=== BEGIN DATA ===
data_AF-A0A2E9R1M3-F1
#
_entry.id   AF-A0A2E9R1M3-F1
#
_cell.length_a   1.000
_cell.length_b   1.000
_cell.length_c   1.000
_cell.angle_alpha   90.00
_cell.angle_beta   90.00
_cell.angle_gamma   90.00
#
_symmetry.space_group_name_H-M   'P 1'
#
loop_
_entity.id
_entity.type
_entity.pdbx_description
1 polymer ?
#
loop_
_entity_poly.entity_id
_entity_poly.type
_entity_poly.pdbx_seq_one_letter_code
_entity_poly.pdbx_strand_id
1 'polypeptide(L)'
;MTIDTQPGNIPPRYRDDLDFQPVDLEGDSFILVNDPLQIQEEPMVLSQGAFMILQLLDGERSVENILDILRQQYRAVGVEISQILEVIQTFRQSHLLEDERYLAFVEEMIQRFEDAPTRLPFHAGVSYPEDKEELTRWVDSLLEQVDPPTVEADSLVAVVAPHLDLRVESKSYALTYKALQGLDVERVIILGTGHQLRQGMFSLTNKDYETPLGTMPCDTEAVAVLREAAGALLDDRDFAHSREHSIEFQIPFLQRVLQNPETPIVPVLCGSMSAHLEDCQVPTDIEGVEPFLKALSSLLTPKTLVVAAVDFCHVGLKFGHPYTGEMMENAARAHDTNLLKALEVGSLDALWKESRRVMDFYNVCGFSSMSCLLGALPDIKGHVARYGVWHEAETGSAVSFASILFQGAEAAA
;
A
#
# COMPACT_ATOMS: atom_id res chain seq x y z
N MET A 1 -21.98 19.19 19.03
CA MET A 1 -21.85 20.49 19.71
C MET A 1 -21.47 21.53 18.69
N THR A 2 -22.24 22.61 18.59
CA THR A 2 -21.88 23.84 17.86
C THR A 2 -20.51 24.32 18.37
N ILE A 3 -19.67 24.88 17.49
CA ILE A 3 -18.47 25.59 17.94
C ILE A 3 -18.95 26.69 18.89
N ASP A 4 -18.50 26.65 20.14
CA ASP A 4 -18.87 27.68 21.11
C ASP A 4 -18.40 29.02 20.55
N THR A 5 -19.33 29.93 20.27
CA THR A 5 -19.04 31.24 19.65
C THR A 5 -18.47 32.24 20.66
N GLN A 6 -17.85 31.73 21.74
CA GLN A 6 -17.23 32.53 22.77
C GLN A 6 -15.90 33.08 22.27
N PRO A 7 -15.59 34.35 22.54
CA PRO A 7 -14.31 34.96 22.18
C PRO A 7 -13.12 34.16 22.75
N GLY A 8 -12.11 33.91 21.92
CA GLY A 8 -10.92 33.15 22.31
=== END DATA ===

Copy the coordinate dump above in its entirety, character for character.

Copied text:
data_AF-A0A2E9R1M3-F1
#
_entry.id   AF-A0A2E9R1M3-F1
#
_cell.length_a   1.000
_cell.length_b   1.000
_cell.length_c   1.000
_cell.angle_alpha   90.00
_cell.angle_beta   90.00
_cell.angle_gamma   90.00
#
_symmetry.space_group_name_H-M   'P 1'
#
loop_
_entity.id
_entity.type
_entity.pdbx_description
1 polymer ?
#
loop_
_entity_poly.entity_id
_entity_poly.type
_entity_poly.pdbx_seq_one_letter_code
_entity_poly.pdbx_strand_id
1 'polypeptide(L)'
;MTIDTQPGNIPPRYRDDLDFQPVDLEGDSFILVNDPLQIQEEPMVLSQGAFMILQLLDGERSVENILDILRQQYRAVGVEISQILEVIQTFRQSHLLEDERYLAFVEEMIQRFEDAPTRLPFHAGVSYPEDKEELTRWVDSLLEQVDPPTVEADSLVAVVAPHLDLRVESKSYALTYKALQGLDVERVIILGTGHQLRQGMFSLTNKDYETPLGTMPCDTEAVAVLREAAGALLDDRDFAHSREHSIEFQIPFLQRVLQNPETPIVPVLCGSMSAHLEDCQVPTDIEGVEPFLKALSSLLTPKTLVVAAVDFCHVGLKFGHPYTGEMMENAARAHDTNLLKALEVGSLDALWKESRRVMDFYNVCGFSSMSCLLGALPDIKGHVARYGVWHEAETGSAVSFASILFQGAEAAA
;
A
#
# COMPACT_ATOMS: atom_id res chain seq x y z
N MET A 1 -21.98 19.19 19.03
CA MET A 1 -21.85 20.49 19.71
C MET A 1 -21.47 21.53 18.69
N THR A 2 -22.24 22.61 18.59
CA THR A 2 -21.88 23.84 17.86
C THR A 2 -20.51 24.32 18.37
N ILE A 3 -19.67 24.88 17.49
CA ILE A 3 -18.47 25.59 17.94
C ILE A 3 -18.95 26.69 18.89
N ASP A 4 -18.50 26.65 20.14
CA ASP A 4 -18.87 27.68 21.11
C ASP A 4 -18.40 29.02 20.55
N THR A 5 -19.33 29.93 20.27
CA THR A 5 -19.04 31.24 19.65
C THR A 5 -18.47 32.24 20.66
N GLN A 6 -17.85 31.73 21.74
CA GLN A 6 -17.23 32.53 22.77
C GLN A 6 -15.90 33.08 22.27
N PRO A 7 -15.59 34.35 22.54
CA PRO A 7 -14.31 34.96 22.18
C PRO A 7 -13.12 34.16 22.75
N GLY A 8 -12.11 33.91 21.92
CA GLY A 8 -10.92 33.15 22.31